In the midst of a turbulent divorce, most of us are not looking through clear eyes. We're seeing the situation through a distorted reality. To regain the big picture, we need to breathe deeply and take the time to separate the facts of our present situation from our fears about what might happen in the future.
I saw this clearly when I met Mary. At 43 years old, she had been separated from her husband, Kevin, for almost a year. In one of her first declarations Mary informed me that she was no longer angry with her husband. She then went on to explain that he was abusive toward their children and that she would have to fight for sole custody to protect them.
In fact, Mary constantly complained about Kevin, telling me how dangerous he was and maintaining that he should not be allowed to be with their children. Every time I asked her about the abuse, she'd recount the same incident: Kevin had yanked her daughter Angela by the arm and made her cry. After weeks of listening to her talk about what a terrible father Kevin was, I asked Mary to list all the times he had abused their children. Mary's list was short. In fact, she could remember only two incidents. One was the time he yanked Angela's arm and the other incident was told to her by a friend, who said she witnessed Kevin yelling at their son, Kyle, after a soccer game. Mary had created other incidents in her mind that led her to believe that Kevin was abusive. And, of course, on top of these beliefs were all kinds of imagined incidents that she feared would happen to her children in the future.
To make sure Mary was looking at the entire picture, I asked her to list the good things that Kevin had to offer as a father. It took a few weeks, and she could add only one or two items a week, but after a couple of months she finally had a list of eight positive attributes of Kevin as a father. Her list looked like this:
As long as Mary focused on Kevin's temper, she was unable to see the entire picture. Her lawyers had warned her that she didn't have enough evidence to pursue a full custody order, but she was so trapped in her story that she couldn't see the forest for the trees. All Mary was able to focus on were a couple of dead trees inside Kevin's forest.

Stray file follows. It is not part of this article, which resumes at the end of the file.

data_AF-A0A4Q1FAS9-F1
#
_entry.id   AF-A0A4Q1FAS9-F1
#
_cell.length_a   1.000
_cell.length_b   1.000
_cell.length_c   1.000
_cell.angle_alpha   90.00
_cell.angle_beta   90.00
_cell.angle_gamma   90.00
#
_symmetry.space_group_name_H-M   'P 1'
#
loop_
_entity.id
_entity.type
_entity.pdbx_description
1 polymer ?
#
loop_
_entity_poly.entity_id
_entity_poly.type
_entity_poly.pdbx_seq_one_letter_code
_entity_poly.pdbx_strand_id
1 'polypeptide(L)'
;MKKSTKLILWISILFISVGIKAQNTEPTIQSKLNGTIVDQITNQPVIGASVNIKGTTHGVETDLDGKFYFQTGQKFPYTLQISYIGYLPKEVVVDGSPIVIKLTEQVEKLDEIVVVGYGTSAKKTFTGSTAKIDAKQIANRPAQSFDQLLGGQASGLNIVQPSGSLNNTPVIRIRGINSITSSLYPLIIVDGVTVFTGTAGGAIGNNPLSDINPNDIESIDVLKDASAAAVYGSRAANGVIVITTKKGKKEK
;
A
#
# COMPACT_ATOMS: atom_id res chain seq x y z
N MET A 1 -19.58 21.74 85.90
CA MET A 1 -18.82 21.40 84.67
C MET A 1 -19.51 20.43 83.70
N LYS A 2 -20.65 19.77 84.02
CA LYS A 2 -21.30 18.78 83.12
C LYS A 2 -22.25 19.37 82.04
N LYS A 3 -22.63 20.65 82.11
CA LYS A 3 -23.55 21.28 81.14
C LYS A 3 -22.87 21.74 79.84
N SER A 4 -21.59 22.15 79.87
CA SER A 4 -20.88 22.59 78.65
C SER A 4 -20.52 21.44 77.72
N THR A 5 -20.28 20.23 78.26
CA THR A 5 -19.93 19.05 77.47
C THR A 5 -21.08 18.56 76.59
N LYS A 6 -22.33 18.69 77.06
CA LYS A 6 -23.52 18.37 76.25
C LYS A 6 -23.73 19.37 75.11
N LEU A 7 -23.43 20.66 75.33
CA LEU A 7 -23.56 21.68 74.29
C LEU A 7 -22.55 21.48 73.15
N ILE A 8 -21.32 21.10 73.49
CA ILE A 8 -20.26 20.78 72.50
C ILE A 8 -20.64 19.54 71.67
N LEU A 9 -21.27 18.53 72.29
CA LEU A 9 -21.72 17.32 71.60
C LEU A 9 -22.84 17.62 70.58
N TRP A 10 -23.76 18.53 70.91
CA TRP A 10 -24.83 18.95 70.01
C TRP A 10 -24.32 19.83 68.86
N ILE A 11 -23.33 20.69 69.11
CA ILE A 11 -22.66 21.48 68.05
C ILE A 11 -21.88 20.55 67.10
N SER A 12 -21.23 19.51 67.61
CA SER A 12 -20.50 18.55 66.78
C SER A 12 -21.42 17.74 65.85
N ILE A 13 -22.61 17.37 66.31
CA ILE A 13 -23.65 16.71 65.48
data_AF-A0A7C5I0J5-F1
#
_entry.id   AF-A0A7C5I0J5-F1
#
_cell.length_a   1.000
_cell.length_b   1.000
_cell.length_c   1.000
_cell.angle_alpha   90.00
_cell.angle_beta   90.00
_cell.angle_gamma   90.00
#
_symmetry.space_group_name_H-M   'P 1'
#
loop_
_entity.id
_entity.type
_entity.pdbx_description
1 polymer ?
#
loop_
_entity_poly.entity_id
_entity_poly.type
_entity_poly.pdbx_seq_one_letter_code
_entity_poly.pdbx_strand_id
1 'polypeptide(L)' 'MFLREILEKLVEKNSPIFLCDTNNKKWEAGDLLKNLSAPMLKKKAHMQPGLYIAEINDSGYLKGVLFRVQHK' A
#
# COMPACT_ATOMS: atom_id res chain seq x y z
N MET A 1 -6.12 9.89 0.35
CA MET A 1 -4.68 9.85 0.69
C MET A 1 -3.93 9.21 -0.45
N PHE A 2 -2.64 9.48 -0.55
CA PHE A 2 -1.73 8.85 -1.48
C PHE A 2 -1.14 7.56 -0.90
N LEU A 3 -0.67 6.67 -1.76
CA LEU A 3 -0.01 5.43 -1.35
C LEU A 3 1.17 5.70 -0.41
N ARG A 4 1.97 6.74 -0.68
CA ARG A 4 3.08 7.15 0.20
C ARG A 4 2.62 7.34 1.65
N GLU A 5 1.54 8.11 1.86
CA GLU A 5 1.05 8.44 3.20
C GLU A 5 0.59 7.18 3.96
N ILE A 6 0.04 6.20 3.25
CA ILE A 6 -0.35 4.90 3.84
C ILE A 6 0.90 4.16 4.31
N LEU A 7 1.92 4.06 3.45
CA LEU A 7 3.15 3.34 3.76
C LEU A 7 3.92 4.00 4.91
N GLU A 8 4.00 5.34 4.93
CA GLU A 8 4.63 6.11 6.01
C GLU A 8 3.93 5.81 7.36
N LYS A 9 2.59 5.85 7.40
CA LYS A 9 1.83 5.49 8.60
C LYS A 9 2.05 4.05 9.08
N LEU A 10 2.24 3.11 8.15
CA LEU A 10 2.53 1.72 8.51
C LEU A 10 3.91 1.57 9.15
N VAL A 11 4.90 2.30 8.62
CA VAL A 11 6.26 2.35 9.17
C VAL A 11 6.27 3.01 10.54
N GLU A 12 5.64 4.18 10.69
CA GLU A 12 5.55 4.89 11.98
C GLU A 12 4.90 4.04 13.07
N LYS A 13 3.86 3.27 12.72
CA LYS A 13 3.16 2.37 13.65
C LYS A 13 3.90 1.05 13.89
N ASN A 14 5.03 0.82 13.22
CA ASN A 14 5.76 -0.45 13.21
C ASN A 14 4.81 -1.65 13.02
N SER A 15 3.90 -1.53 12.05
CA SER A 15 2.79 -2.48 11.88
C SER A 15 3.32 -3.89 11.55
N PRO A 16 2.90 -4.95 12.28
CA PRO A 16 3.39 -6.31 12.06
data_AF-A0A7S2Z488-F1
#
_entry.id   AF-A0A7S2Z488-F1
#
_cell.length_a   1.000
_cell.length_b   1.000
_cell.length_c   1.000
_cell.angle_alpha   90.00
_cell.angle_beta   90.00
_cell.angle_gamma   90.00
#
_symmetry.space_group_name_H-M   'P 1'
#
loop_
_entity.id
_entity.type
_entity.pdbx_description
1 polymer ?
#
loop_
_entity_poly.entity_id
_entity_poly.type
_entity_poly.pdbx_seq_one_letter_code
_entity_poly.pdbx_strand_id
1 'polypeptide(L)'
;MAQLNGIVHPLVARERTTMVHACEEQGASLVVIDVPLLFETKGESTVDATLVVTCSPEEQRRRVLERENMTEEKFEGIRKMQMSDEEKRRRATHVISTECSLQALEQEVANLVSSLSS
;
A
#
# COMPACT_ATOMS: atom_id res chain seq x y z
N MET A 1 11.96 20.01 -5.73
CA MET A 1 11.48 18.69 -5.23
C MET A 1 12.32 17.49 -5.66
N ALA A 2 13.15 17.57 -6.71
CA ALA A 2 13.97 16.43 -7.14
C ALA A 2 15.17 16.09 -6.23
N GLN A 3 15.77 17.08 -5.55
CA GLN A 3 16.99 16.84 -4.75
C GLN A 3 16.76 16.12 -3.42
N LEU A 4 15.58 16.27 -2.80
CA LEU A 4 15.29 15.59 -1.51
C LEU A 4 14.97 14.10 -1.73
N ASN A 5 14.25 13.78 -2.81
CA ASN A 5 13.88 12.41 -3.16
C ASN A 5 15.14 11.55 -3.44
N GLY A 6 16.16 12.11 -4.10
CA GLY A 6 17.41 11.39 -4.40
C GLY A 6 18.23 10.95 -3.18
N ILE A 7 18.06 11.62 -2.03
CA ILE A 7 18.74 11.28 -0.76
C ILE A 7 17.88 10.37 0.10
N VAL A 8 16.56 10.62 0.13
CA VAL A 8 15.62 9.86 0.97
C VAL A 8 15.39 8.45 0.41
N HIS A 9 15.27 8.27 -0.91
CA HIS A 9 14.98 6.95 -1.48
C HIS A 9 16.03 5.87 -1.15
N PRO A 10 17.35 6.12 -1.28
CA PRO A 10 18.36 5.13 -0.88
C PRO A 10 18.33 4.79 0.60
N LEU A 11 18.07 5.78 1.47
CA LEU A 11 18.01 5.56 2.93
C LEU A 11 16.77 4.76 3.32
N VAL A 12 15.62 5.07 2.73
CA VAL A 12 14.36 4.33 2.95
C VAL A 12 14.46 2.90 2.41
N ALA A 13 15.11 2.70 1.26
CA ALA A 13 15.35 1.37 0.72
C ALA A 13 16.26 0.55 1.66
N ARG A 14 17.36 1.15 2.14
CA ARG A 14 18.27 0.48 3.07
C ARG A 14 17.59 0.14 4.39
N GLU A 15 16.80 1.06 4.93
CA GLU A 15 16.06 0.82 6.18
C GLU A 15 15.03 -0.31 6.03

I'm not suggesting that abuse is okay or that you don't have a right to protect your children; I'm suggesting that when you're going through a separation, you can't always see the entire picture. You tend to focus, whether you want to or not, on what doesn't work and what is unacceptable. It's a sure bet that at some point all your unexpressed emotions and withheld communications will come out in some form or another. You'll project all your anger, regret, or resentment onto the person you once loved more than anyone.
It's important to remember that denial is a form of self-protection. Otherwise known as "Don't Even Notice I Am Lying," denial is built into our psyche. It acts as a shield so that we can go on with our lives. It shows up as rationalization and justification, and in our minds it's always the truth. It's amazing how easy it is to focus on the small picture, all the while believing that we're seeing the whole truth. But to be happy instead of right, we must open up to the possibility that things aren't always what they seem.
When we remember that there is an order to the Universe and that things aren't always what they seem, then we can look beyond our own agenda or ego. In most instances, as soon as we separate from our partner, our battle armor goes up and denial sets in. Yet it's imperative, especially if we have children, to explore all realities. We must step out of the reality of our own small selves and into the fullness and enormity of the big picture. The big picture includes the possibility that our partners are in our lives to bring us light and healing, even if we can't see it. It's only when we step into the light of divine order that we can accept where we are today.
People and circumstances are the way they are for a reason, and even though we may not be able to see the gifts of someone's bad temper, cheapness, or neglect, it may be just what we need to gain access to our own unique gift. Kevin's temper may provide the impetus his child needs to become a defender of children's rights. Your wife's indifference may be exactly the motivation you need to become more available to your children or to a future spouse. All you need to do is to be willing to see the entire forest rather than a small patch of dead trees. Shifting from a combative stance to a receptive one, you must step out of the shadow of your drama and into the light of the facts.
This article has been edited and excerpted from Spiritual Divorce: Divorce as a Catalyst for an Extraordinary Life by Debbie Ford. This bestselling author and workshop leader reveals how the devastation of divorce can be transformed into an enlightening and empowering experience. Ford provides life-altering tools and exercises as she takes you on the road to self-discovery, sharing personal stories of divorce to illustrate her seven spiritual laws for healing. This powerful book can help you break through the pain and fear of divorce to a future filled with freedom, joy, and love. Spiritual Divorce is available at better bookstores. Visit Debbie Ford online at www.spiritualdivorce.com.
Certified Divorce Financial Analyst